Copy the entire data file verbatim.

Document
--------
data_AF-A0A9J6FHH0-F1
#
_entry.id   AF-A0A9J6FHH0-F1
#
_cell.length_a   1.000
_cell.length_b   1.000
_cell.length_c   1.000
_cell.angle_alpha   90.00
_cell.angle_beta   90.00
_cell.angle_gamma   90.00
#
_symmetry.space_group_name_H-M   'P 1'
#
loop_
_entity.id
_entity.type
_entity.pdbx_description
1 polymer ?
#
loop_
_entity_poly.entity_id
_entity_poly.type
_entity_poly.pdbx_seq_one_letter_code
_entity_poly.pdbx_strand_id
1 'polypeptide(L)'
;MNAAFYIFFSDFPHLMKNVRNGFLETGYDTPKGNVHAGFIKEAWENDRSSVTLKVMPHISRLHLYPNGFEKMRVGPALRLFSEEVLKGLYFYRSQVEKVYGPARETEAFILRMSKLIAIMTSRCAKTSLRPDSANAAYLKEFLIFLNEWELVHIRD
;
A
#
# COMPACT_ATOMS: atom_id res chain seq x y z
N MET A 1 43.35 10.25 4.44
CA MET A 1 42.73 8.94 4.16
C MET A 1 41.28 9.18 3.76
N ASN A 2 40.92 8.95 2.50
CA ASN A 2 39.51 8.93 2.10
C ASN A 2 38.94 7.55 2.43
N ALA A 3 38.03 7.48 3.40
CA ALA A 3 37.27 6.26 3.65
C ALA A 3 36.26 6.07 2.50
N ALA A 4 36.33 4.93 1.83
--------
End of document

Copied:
data_AF-A0A9J6FHH0-F1
#
_entry.id   AF-A0A9J6FHH0-F1
#
_cell.length_a   1.000
_cell.length_b   1.000
_cell.length_c   1.000
_cell.angle_alpha   90.00
_cell.angle_beta   90.00
_cell.angle_gamma   90.00
#
_symmetry.space_group_name_H-M   'P 1'
#
loop_
_entity.id
_entity.type
_entity.pdbx_description
1 polymer ?
#
loop_
_entity_poly.entity_id
_entity_poly.type
_entity_poly.pdbx_seq_one_letter_code
_entity_poly.pdbx_strand_id
1 'polypeptide(L)'
;MNAAFYIFFSDFPHLMKNVRNGFLETGYDTPKGNVHAGFIKEAWENDRSSVTLKVMPHISRLHLYPNGFEKMRVGPALRLFSEEVLKGLYFYRSQVEKVYGPARETEAFILRMSKLIAIMTSRCAKTSLRPDSANAAYLKEFLIFLNEWELVHIRD
;
A
#
# COMPACT_ATOMS: atom_id res chain seq x y z
N MET A 1 43.35 10.25 4.44
CA MET A 1 42.73 8.94 4.16
C MET A 1 41.28 9.18 3.76
N ASN A 2 40.92 8.95 2.50
CA ASN A 2 39.51 8.93 2.10
C ASN A 2 38.94 7.55 2.43
N ALA A 3 38.03 7.48 3.40
CA ALA A 3 37.27 6.26 3.65
C ALA A 3 36.26 6.07 2.50
N ALA A 4 36.33 4.93 1.83